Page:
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My Name Is Victor and I play both classical and electrical guitar
Wednesday, January 28, 2009
Learning guitar scales is important, even if you think it almost as boring as learning chords. The problem with many new guitarists who have just started learning is that they want to go too far too soon. That is the road to disaster, as many failed guitarists will tell you.
Have you ever seen these piano players learning how to play, when they are going up and down the octaves playing their scales? Well, they are putting money in the bank because it will help them later when they have to play certain note combinations without thinking. If you are going to be a good lead guitarist, or a solo guitarist of any description in any genre, you too will have to spend time learning your guitar scales.
So, the question that many non-musicians ask. What are scales, and why are they so important? Scales are combinations of notes, ascending or descending, normally within an octave. The major scales are the basis of all other scales, and start and end on the same not. They go in the order whole-whole-half-whole-whole-whole-half-whole, the wholes and halves representing steps. Thus, for the scale of D: D - E - F# - G - A - B - C# - D.
Scales are chosen because they are melodic and harmonic, and once learned, they can be used to produce tunes that are pleasing to the ear. When learning guitar, you will come across the pentatonic scale, which is derived from the 1st, 2nd, 3rd, 5th and 6th notes of the corresponding major scale. Thus, the pentatonic D will be D - E - F# - A - B
There are a number of reasons for learning scales, one being that they are fundamental to learning the theory of music, and if your ambition is to become a classical guitarist, then you will also be required to learn about the theory of music. They allow you to learn about harmonics and pitch, and the effects of sharps and flats. Some note combinations are discordant to the ear, and scales will make it a great deal easier for you to compose a series of notes that will sound good.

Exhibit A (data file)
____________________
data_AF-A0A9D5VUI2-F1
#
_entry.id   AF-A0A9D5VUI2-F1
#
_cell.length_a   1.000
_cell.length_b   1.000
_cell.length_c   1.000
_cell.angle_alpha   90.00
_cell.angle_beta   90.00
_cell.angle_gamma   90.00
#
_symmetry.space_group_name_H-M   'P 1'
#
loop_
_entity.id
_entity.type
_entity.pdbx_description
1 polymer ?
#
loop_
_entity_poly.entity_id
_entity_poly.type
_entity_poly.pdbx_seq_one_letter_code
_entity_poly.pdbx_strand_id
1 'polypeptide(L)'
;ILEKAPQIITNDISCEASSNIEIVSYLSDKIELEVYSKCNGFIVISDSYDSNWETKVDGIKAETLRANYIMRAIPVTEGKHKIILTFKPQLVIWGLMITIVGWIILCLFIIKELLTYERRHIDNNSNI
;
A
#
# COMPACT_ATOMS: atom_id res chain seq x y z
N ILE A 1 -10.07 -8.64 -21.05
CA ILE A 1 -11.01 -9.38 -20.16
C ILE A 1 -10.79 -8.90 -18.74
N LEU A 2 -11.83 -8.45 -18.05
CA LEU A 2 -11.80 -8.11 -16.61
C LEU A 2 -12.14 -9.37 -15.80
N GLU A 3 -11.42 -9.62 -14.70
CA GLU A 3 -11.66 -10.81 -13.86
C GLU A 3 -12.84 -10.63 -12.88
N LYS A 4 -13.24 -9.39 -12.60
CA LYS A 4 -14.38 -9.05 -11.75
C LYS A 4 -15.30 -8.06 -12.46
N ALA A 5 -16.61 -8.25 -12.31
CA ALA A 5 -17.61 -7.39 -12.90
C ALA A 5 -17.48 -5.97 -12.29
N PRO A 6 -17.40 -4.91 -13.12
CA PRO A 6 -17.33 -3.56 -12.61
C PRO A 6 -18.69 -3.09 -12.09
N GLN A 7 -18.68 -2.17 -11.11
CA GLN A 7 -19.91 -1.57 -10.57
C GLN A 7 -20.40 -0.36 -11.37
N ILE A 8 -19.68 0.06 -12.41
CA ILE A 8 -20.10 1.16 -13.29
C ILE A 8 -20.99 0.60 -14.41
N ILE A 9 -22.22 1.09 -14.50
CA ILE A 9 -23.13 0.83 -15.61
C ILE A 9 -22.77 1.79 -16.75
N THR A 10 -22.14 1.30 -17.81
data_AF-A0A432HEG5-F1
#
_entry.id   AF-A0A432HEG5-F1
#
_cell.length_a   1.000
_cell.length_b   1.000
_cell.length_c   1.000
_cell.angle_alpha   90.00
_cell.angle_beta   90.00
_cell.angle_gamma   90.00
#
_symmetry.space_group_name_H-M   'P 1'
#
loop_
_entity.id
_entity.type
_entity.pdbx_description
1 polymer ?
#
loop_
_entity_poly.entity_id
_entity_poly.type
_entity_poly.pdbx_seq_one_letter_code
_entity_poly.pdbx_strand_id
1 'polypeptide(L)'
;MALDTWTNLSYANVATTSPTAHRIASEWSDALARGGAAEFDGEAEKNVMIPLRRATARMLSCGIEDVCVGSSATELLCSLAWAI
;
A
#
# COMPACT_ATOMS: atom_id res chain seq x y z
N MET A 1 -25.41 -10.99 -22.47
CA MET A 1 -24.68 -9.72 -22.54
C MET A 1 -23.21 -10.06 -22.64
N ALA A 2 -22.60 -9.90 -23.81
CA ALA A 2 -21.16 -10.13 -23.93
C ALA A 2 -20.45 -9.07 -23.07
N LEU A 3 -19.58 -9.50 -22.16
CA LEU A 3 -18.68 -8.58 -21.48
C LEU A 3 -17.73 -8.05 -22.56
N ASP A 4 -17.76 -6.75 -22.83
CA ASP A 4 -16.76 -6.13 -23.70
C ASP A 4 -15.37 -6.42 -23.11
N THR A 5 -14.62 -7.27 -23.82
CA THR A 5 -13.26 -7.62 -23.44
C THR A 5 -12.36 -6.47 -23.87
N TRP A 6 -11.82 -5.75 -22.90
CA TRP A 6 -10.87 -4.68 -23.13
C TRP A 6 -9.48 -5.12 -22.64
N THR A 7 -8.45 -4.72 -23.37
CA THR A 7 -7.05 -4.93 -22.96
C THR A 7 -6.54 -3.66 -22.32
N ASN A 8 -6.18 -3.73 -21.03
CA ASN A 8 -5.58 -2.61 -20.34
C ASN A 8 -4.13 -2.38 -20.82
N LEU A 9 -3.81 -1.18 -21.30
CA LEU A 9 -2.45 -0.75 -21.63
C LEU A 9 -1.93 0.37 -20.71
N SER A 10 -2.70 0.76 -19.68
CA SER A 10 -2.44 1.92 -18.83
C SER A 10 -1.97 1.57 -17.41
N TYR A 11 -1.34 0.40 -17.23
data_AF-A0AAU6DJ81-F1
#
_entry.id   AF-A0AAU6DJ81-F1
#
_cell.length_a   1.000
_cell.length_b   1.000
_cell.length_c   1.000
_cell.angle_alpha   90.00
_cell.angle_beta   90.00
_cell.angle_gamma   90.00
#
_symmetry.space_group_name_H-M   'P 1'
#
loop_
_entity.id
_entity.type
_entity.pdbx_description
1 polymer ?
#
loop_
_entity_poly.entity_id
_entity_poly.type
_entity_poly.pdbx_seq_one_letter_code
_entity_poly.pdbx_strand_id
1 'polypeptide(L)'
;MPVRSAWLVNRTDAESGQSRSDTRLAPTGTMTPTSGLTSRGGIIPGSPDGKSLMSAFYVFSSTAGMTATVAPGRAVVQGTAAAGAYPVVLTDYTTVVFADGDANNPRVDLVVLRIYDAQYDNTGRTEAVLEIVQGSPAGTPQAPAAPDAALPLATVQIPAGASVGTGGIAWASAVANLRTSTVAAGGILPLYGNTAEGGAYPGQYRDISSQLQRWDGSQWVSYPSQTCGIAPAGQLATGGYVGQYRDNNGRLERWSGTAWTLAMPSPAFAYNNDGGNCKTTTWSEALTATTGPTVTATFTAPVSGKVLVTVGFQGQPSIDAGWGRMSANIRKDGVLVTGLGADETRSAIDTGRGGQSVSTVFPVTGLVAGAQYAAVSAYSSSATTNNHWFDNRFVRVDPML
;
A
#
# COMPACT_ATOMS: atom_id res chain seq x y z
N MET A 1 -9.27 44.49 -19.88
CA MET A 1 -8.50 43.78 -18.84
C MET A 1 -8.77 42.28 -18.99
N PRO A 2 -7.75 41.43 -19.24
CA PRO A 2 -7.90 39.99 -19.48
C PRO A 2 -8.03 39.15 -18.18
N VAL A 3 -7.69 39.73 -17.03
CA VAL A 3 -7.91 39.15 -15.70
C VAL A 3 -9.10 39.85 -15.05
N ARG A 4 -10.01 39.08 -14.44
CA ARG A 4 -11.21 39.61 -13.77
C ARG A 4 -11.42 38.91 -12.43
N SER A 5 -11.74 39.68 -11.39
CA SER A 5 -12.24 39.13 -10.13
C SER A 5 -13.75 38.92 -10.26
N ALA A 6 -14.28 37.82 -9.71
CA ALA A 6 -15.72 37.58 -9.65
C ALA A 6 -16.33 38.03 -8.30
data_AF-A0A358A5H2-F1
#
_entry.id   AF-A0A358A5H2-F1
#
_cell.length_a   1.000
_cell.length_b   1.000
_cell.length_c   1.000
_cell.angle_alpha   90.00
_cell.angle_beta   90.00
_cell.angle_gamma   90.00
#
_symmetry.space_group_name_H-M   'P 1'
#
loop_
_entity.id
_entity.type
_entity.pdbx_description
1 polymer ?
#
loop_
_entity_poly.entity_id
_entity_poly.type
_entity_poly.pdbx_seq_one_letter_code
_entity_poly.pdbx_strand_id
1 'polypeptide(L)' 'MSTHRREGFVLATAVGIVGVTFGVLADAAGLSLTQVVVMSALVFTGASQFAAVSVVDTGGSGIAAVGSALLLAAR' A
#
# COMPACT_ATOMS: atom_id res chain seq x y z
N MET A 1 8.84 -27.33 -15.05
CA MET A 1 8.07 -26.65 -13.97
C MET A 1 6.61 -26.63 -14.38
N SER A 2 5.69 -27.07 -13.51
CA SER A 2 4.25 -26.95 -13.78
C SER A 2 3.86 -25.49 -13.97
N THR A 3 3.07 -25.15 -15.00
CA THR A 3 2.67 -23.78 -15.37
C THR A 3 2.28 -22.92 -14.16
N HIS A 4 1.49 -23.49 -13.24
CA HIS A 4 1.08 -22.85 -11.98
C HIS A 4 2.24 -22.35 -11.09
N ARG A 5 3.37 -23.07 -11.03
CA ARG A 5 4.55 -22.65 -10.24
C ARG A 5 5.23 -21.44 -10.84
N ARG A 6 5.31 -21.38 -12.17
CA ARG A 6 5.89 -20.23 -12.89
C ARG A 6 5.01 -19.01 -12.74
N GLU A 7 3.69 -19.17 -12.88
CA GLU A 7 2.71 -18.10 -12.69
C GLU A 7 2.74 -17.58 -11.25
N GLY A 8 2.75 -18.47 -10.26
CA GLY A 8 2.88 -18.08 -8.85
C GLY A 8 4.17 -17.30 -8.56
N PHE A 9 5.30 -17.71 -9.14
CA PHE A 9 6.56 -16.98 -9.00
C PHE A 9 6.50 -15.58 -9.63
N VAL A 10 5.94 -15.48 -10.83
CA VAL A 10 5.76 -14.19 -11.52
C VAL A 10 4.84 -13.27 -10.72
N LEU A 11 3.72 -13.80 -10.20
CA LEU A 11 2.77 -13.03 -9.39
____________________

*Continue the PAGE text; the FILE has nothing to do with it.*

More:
Another reason, more important to guitarists, is that they enable you to play a series of notes without thought that will sound good, especially when played fast. Most fast guitar riffs and solos would sound meaningless if played slowly, but sound great when played fast. That is because they are based upon the pentatonic scales. You could conceivably use a major or minor scale, but with a pentatonic, you only have to learn combinations of 5 notes.
By learning a few pentatonic scales, you will be able to play fast guitar licks up and down the frets, using the same 5 notes in the same order. If you listen to the main solo in 'Bohemian Rhapsody', written by Brian May, that is played using a pentatonic scale, as is 'Eruption' by Eddie Van Halen. You can play the same notes over a number of octaves and it will sound great, because the notes are a scale that is pleasing the ear. Hence, the importance to a lead guitar player of learning guitar scales.
Once you get up on stage and start playing, you are not going to remember a complex series of notes to make up a rapid guitar solo. You have to play the notes by rote. If you have learned a guitar scale, the pentatonic in particular, you will be able to play anywhere on the neck of your guitar, as long as the notes are true.
Sure, you will have to change it for each string, and according to where on the neck you play it, but the notes will be the same and they will always be played in the same order. In practise, it doesn't matter to you if they are sharps or flats or neither: you are just playing the notes, and don't have to understand the theory. If you have learned your guitar scales properly, then you won't have to remember because of the muscle memory involved.
It's the same with chords. If you have learned your chords properly, you don't have to figure where to put your fingers, you just play the chord and you fingers automatically get them right due to the muscle memory of repetition and revision. You don't start a new song in your gig, and then wonder what the chords are: they come automatically, and so do the scales when you need them.
That's why learning guitar scales is important, and why you shouldn't screw up your face when asked to play them. It's money in the bank, that you will withdraw when you are finally standing alone in front of 10,000 screaming people and striking up the first note of your fabulous guitar solo. It's only dozens of repetitions of a pentatonic scale, but they don't know that - they think you are fabulous - a star- and all because you took the time to learn your guitar scales.